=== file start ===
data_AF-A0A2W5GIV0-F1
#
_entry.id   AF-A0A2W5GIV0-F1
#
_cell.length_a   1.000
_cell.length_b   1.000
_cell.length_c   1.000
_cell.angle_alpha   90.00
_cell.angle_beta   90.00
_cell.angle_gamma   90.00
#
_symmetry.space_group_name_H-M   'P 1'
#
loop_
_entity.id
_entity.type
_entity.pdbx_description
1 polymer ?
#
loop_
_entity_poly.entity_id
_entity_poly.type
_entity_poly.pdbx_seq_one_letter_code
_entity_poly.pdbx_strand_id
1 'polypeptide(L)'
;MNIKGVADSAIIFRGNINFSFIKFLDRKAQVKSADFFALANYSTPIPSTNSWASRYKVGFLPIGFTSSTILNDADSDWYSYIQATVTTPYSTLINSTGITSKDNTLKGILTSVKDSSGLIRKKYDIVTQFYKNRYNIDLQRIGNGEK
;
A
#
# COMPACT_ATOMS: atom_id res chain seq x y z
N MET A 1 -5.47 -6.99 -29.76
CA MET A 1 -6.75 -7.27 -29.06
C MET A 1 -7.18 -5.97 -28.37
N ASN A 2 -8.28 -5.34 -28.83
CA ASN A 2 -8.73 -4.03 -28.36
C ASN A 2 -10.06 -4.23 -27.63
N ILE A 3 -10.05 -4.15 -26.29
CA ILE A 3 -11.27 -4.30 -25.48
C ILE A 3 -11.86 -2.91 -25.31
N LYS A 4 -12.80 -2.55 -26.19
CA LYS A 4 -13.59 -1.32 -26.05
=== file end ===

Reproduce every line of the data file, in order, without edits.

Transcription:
data_AF-A0A2W5GIV0-F1
#
_entry.id   AF-A0A2W5GIV0-F1
#
_cell.length_a   1.000
_cell.length_b   1.000
_cell.length_c   1.000
_cell.angle_alpha   90.00
_cell.angle_beta   90.00
_cell.angle_gamma   90.00
#
_symmetry.space_group_name_H-M   'P 1'
#
loop_
_entity.id
_entity.type
_entity.pdbx_description
1 polymer ?
#
loop_
_entity_poly.entity_id
_entity_poly.type
_entity_poly.pdbx_seq_one_letter_code
_entity_poly.pdbx_strand_id
1 'polypeptide(L)'
;MNIKGVADSAIIFRGNINFSFIKFLDRKAQVKSADFFALANYSTPIPSTNSWASRYKVGFLPIGFTSSTILNDADSDWYSYIQATVTTPYSTLINSTGITSKDNTLKGILTSVKDSSGLIRKKYDIVTQFYKNRYNIDLQRIGNGEK
;
A
#
# COMPACT_ATOMS: atom_id res chain seq x y z
N MET A 1 -5.47 -6.99 -29.76
CA MET A 1 -6.75 -7.27 -29.06
C MET A 1 -7.18 -5.97 -28.37
N ASN A 2 -8.28 -5.34 -28.83
CA ASN A 2 -8.73 -4.03 -28.36
C ASN A 2 -10.06 -4.23 -27.63
N ILE A 3 -10.05 -4.15 -26.29
CA ILE A 3 -11.27 -4.30 -25.48
C ILE A 3 -11.86 -2.91 -25.31
N LYS A 4 -12.80 -2.55 -26.19
CA LYS A 4 -13.59 -1.32 -26.05